Three tech companies must address consumer and congressional concerns over privacy rights in the wake of high-profile news stories.
Last week Apple released its newest version of the iPhone
with the Touch ID feature that only unlocks your phone with your fingerprint spawning “substantial privacy concerns
.” Naturally, hackers want to break into it.
Just days after the website IsTouchIDHackedYet.com
launched, a group of German hackers, the Chaos Computer Club (CCC), claims to have done it
using a bit of a convoluted process:
Here’s how the CCC says it did it:
First, the fingerprint of the enrolled user is photographed with 2400 dpi resolution. The resulting image is then cleaned up, inverted and laser printed with 1200 dpi onto transparent sheet with a thick toner setting. Finally, pink latex milk or white woodglue is smeared into the pattern created by the toner onto the transparent sheet. After it cures, the thin latex sheet is lifted from the sheet, breathed on to make it a tiny bit moist and then placed onto the sensor to unlock the phone. This process has been used with minor refinements and variations against the vast majority of fingerprint sensors on the market.
Even before this happened, U.S. lawmakers were questioning the inherent privacy issues with Touch ID.
In a letter to Apple, Sen. Al Franken (D-Minn.) asked the company to answer the following questions:
• Would it be possible to extract fingerprint data from an iPhone?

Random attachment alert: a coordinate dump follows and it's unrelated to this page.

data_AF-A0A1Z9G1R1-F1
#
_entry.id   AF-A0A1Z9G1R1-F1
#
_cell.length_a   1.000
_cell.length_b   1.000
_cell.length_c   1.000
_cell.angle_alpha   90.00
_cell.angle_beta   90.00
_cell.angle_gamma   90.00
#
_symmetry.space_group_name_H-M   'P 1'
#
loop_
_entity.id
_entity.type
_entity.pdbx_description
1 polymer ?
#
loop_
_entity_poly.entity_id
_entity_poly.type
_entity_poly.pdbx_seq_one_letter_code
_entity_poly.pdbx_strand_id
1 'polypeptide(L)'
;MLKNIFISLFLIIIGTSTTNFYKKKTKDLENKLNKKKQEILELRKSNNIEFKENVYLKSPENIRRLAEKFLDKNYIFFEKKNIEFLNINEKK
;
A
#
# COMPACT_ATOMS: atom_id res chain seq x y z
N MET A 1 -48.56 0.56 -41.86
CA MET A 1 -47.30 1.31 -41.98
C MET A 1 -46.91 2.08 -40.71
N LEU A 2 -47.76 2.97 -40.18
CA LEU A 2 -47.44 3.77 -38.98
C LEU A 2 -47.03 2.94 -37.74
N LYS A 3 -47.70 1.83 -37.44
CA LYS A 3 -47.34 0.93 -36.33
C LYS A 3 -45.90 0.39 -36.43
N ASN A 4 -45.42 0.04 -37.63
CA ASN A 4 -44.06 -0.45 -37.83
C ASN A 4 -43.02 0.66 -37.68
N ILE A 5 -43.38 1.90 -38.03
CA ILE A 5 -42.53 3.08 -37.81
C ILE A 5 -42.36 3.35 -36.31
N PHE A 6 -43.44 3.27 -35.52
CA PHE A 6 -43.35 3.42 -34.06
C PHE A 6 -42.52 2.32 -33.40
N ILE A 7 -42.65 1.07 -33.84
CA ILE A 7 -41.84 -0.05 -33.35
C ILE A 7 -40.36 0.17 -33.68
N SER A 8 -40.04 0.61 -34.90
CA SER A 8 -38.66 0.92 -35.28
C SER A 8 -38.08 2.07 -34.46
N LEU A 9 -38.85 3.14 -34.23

• What legal status would the fingerprint have?
• How well would the fingerprint data be protected?
• Could Apple assure its users that it would never share their fingerprint data or fingerprint files with any commercial third party?
• Do they believe users have a reasonable expectation of privacy in fingerprint data they provide to Touch ID?
Apple isn’t the only one dealing with these types of issues.
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Google allegedly knows the WiFi password of every Android user. A Computer World article
from this month that made this claim caused Google to respond with the following statement (not exactly a denial) to Talk Android
Our optional ‘Backup my data’ feature makes it easier to switch to a new Android device by using your Google Account and password to restore some of your previous settings. This helps you avoid the hassle of setting up a new device from scratch. At any point, you can disable this feature, which will cause data to be erased. This data is encrypted in transit, accessible only when the user has an authenticated connection to Google and stored at Google data centers, which have strong protections against digital and physical attacks.
LinkedIn, meanwhile, has been accused of hacking users’ email addresses for marketing purposes. A group saying it plans to file a lawsuit in California is alleging that LinkedIn hacked its email to download contacts’ email addresses.
In a post titled “Setting the Record Straight on False Accusations
,” Blake Lawit vehemently denies this on the LinkedIn blog. He writes:
• We do not access your email account without your permission. Claims that we “hack” or “break into” members’ accounts are false.
• We never deceive you by “pretending to be you” in order to access your email account.
• We never send messages or invitations to join LinkedIn on your behalf to anyone unless you have given us permission to do so.